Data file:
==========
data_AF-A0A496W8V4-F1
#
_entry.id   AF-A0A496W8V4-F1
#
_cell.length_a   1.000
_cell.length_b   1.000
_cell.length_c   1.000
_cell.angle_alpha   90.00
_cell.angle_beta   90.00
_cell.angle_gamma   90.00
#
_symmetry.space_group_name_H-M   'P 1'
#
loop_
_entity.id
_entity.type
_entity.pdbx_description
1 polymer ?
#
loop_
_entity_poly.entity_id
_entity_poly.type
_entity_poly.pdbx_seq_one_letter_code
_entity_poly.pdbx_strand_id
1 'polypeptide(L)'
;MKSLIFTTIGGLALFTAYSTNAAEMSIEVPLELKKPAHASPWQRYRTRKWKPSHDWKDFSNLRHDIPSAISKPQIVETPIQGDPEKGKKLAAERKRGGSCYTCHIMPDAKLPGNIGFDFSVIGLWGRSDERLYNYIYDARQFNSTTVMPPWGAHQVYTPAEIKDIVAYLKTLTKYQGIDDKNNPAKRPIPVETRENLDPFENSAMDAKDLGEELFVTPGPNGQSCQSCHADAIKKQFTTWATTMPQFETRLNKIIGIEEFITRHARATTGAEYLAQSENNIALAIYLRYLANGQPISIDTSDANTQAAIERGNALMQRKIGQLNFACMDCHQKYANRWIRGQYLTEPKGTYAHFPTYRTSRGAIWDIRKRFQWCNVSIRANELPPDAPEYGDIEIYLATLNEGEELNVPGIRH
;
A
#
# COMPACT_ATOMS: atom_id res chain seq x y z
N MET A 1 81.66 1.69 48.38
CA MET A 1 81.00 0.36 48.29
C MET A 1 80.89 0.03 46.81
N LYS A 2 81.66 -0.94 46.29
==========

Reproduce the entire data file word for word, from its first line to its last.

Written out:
data_AF-A0A496W8V4-F1
#
_entry.id   AF-A0A496W8V4-F1
#
_cell.length_a   1.000
_cell.length_b   1.000
_cell.length_c   1.000
_cell.angle_alpha   90.00
_cell.angle_beta   90.00
_cell.angle_gamma   90.00
#
_symmetry.space_group_name_H-M   'P 1'
#
loop_
_entity.id
_entity.type
_entity.pdbx_description
1 polymer ?
#
loop_
_entity_poly.entity_id
_entity_poly.type
_entity_poly.pdbx_seq_one_letter_code
_entity_poly.pdbx_strand_id
1 'polypeptide(L)'
;MKSLIFTTIGGLALFTAYSTNAAEMSIEVPLELKKPAHASPWQRYRTRKWKPSHDWKDFSNLRHDIPSAISKPQIVETPIQGDPEKGKKLAAERKRGGSCYTCHIMPDAKLPGNIGFDFSVIGLWGRSDERLYNYIYDARQFNSTTVMPPWGAHQVYTPAEIKDIVAYLKTLTKYQGIDDKNNPAKRPIPVETRENLDPFENSAMDAKDLGEELFVTPGPNGQSCQSCHADAIKKQFTTWATTMPQFETRLNKIIGIEEFITRHARATTGAEYLAQSENNIALAIYLRYLANGQPISIDTSDANTQAAIERGNALMQRKIGQLNFACMDCHQKYANRWIRGQYLTEPKGTYAHFPTYRTSRGAIWDIRKRFQWCNVSIRANELPPDAPEYGDIEIYLATLNEGEELNVPGIRH
;
A
#
# COMPACT_ATOMS: atom_id res chain seq x y z
N MET A 1 81.66 1.69 48.38
CA MET A 1 81.00 0.36 48.29
C MET A 1 80.89 0.03 46.81
N LYS A 2 81.66 -0.94 46.29